Healthcare organizations are businesses, so they need funding and have overheads to contend with. As such, accounting is a fundamental part of being a healthcare manager. You need to monitor what money is being spent on, which departments require more funding than others, and where the organization could be more cost-effective. For instance, hospitals need to pay their supply chains for certain medical treatments, plus make sure employees are being paid correctly.
Strangely enough, marketing is important for healthcare organizations nowadays. Rather than selling a product, though, healthcare marketing is used to educate people on potential health risks and ensure patients are accessing the resources they need. To give an example of what we mean, marketing has been employed to educate people on how to prevent the spread of coronavirus in recent months. Marketing is also used to help healthcare organizations gain the human capital they need, such as highly skilled surgeons, through job advertisements. Healthcare managers will oversee these marketing campaigns, developing effective strategies using their skills in business.
Communicating and Negotiating
In a sense, healthcare managers are the middleman of the operation. They communicate information between the different departments, members of staff, and suppliers, making sure everyone is happy and that everything is running as efficiently as possible. It’s also their job to negotiate any conflicts that might arise. For example, some departments might feel they’re understaffed by comparison to others, so it’s the manager’s responsibility to redistribute the workforce.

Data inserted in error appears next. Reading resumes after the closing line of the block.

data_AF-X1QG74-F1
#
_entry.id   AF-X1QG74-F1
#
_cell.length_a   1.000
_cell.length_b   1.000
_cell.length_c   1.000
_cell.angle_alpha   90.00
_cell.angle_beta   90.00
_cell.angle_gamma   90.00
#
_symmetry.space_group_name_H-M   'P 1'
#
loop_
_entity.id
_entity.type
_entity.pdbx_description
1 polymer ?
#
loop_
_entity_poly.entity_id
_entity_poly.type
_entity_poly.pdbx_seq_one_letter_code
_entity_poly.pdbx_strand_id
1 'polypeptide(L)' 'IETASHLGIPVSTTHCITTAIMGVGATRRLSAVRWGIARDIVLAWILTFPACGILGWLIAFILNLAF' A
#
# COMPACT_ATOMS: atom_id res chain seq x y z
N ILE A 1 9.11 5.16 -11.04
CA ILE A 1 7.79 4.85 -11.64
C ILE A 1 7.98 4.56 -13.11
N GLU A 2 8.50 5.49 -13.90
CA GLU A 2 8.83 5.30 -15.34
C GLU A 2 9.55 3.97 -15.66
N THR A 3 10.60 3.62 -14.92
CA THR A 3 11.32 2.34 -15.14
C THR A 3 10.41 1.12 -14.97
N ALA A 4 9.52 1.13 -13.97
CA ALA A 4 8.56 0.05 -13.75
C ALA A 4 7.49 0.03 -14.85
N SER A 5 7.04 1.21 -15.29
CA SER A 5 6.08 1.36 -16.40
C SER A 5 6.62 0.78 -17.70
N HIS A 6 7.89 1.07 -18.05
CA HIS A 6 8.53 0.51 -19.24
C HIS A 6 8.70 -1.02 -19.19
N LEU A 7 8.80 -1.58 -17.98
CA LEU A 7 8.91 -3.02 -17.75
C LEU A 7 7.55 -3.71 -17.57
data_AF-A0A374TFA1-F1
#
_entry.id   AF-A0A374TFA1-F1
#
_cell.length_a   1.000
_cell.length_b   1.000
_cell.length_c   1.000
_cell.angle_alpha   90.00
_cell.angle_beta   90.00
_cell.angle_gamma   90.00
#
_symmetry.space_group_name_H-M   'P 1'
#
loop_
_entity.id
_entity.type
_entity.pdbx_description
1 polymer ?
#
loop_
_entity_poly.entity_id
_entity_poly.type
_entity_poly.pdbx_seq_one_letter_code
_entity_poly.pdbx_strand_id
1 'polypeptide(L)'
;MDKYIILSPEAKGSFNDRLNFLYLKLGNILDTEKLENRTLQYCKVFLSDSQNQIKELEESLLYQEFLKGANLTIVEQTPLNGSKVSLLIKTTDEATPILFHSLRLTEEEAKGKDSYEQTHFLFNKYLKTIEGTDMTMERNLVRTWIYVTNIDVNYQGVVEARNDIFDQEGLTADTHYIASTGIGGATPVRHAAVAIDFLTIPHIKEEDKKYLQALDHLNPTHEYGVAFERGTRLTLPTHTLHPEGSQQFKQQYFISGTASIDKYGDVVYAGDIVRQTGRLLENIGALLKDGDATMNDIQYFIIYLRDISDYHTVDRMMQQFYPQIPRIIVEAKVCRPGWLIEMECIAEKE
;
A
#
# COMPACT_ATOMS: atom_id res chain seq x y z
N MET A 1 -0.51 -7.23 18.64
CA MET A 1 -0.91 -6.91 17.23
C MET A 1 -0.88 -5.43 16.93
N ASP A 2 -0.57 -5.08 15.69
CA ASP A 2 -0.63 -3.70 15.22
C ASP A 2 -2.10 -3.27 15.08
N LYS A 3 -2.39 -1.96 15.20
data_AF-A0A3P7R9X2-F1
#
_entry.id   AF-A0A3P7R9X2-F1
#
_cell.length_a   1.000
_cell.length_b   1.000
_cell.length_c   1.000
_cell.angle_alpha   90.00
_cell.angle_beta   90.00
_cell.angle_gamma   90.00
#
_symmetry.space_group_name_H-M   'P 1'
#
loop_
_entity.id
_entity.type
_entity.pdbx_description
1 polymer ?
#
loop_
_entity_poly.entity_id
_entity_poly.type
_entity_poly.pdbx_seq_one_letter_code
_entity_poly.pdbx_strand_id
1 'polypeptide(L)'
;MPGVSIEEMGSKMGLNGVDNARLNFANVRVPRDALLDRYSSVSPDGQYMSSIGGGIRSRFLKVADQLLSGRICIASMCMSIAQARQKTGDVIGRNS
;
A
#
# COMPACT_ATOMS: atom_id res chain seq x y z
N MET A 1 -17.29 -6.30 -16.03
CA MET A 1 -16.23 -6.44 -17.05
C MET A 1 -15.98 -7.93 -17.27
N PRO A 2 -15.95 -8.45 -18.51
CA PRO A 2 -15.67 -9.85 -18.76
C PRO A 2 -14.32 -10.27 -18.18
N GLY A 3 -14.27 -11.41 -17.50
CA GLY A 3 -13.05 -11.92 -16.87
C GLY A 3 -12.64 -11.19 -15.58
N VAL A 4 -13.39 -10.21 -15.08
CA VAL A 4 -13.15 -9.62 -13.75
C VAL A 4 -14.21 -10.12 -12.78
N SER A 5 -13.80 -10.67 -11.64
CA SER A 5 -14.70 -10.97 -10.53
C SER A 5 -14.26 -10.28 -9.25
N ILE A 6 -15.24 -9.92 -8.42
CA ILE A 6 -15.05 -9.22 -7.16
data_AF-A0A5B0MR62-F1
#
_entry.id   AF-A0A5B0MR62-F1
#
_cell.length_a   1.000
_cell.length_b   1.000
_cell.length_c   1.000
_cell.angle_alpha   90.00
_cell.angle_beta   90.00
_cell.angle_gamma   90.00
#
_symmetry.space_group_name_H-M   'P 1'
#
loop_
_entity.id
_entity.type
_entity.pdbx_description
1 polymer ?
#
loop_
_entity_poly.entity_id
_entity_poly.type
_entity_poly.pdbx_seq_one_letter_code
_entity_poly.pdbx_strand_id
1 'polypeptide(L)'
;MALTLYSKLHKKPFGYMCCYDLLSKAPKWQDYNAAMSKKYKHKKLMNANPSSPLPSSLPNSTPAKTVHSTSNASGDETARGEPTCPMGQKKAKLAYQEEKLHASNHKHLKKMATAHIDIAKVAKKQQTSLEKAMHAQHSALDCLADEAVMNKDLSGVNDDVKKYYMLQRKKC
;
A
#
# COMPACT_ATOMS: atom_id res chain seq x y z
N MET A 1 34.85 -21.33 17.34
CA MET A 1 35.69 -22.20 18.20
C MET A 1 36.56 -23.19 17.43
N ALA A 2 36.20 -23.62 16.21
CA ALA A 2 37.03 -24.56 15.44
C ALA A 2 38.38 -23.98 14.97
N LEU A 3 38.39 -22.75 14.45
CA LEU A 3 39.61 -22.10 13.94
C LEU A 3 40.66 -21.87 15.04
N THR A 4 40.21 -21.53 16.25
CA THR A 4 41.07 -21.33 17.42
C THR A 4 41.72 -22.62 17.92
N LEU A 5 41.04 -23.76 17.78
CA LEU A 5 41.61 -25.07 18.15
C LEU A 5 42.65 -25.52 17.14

Enforcing Rules and Regulations
Like we mentioned before, there are high stakes involved with careers in healthcare. It’s the manager’s job to guarantee the safety of their patients and their employees. This means they must enforce the rules and regulations required to meet the high standards of health and safety for healthcare organizations. They will complete audits to evaluate how thoroughly measures are being followed by members of staff and will adapt their policies to ensure they’re still effective.
Healthcare analytics are incredibly important nowadays, so healthcare managers need to understand them and take action depending upon what their interpretation is. For instance, data analytics might show that the organization is taking a long time to transfer patients from one department to another. Using this information, a healthcare manager will adapt the organization to ensure transportation between departments is optimal.
Healthcare managers will sometimes be responsible for human resources, too. This means they might chase up workers who consistently have unexplained absences, will intervene if there are signs of misconduct or malpractice, or implement employee benefits schemes.
If it weren’t obvious, healthcare management covers a broad spectrum. It’s the perfect job for people who want to make a difference to the world around them and enjoy completing a versatile range of work. Start studying for a bachelor’s or master’s degree today and take your first step towards a career in healthcare management.